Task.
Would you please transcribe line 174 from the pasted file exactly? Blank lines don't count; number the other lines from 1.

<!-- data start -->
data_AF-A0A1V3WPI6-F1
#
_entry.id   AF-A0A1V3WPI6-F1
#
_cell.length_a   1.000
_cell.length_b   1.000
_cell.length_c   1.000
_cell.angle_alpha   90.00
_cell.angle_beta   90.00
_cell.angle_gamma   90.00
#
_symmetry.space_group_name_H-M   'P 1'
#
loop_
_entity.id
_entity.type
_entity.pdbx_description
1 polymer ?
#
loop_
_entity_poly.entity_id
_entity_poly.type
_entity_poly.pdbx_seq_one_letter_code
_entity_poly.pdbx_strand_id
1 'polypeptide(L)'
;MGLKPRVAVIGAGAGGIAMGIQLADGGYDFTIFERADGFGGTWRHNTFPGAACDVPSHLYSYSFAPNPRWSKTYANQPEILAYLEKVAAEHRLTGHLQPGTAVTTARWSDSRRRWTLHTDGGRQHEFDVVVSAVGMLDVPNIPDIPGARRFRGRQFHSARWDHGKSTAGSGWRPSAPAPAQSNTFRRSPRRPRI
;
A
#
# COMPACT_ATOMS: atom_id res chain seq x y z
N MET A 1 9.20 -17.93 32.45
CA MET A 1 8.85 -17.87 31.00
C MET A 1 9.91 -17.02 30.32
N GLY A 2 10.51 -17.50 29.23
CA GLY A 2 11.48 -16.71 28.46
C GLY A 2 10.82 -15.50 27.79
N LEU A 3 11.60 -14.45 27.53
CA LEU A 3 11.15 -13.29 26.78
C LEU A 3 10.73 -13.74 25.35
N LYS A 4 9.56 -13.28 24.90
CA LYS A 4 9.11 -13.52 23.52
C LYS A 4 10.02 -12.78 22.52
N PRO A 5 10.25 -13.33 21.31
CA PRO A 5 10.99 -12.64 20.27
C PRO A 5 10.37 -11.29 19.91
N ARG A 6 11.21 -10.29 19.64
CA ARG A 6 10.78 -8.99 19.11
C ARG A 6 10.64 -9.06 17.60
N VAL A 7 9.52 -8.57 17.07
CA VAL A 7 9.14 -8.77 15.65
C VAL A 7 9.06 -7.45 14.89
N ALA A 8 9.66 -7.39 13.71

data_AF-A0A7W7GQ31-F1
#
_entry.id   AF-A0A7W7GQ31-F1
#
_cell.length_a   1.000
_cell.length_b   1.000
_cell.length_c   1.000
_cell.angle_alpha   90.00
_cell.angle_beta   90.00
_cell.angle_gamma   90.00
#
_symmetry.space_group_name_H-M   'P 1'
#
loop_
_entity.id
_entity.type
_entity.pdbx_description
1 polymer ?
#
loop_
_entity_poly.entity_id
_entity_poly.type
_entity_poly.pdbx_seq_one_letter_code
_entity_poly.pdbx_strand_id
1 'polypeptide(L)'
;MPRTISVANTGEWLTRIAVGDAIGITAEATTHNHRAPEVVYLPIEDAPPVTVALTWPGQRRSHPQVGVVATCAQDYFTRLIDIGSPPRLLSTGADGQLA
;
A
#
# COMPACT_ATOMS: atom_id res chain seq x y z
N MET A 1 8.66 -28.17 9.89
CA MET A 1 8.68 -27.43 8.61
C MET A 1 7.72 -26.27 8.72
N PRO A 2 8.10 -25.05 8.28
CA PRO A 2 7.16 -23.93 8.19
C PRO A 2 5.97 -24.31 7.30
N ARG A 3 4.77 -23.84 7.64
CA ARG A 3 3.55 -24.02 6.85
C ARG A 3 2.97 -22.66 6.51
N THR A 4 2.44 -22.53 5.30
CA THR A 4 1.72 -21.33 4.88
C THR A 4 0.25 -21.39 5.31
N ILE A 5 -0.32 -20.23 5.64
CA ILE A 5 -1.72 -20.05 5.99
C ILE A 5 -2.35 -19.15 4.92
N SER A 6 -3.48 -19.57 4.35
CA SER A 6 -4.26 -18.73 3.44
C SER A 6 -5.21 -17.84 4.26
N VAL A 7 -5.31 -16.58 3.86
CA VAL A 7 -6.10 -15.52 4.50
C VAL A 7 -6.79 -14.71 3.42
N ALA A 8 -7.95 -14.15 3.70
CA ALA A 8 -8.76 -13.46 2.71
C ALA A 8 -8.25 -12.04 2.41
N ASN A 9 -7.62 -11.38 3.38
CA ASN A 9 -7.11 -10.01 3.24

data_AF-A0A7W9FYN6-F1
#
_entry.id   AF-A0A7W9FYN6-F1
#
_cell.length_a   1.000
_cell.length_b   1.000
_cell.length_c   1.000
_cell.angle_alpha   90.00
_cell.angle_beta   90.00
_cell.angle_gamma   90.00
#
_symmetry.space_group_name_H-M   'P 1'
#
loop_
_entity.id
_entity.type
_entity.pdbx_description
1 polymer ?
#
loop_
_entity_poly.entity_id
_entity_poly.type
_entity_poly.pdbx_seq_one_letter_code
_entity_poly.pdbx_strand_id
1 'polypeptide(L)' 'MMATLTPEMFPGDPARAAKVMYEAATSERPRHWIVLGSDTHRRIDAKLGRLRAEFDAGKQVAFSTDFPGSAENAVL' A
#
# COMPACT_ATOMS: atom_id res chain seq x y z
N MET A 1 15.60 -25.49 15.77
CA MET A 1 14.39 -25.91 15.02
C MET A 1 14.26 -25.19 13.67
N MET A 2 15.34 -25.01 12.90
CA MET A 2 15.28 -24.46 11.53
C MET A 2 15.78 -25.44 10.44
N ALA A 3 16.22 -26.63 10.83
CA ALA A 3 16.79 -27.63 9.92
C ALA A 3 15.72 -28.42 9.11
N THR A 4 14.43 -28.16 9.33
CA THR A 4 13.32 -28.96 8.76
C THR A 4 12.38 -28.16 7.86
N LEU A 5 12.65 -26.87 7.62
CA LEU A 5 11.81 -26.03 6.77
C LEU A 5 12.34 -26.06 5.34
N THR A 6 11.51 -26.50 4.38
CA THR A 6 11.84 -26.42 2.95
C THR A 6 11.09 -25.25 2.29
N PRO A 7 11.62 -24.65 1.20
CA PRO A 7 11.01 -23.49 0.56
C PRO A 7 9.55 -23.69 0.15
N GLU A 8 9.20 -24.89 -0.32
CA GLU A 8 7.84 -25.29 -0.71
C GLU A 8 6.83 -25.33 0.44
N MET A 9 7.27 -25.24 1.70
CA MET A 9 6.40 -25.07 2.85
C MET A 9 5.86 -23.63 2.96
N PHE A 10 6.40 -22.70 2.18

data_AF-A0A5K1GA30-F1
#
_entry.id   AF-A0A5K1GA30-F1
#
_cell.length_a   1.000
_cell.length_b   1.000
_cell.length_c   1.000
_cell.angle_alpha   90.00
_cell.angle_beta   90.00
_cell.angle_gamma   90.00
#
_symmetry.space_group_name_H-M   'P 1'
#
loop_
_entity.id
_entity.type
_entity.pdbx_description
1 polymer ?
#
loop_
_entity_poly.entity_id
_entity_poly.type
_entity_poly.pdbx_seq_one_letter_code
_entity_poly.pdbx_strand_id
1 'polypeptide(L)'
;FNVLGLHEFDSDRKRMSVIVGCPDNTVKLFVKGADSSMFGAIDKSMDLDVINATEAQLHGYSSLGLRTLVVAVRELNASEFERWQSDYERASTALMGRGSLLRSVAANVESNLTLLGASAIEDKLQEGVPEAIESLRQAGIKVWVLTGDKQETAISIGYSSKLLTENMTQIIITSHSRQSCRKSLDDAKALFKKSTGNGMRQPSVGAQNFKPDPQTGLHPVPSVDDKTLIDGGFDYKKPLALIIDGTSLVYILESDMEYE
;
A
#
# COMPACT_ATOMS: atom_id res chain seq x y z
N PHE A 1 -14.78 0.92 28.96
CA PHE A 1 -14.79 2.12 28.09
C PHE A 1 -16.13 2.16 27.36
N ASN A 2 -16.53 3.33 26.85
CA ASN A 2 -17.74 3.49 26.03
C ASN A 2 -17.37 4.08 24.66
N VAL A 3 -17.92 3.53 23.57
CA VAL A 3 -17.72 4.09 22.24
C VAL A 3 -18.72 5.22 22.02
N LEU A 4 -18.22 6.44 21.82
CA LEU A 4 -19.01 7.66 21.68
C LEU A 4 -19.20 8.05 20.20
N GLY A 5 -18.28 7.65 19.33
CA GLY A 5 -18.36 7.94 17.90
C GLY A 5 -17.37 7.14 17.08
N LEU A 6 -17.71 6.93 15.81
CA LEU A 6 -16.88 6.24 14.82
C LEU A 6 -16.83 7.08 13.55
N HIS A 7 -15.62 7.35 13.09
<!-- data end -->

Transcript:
#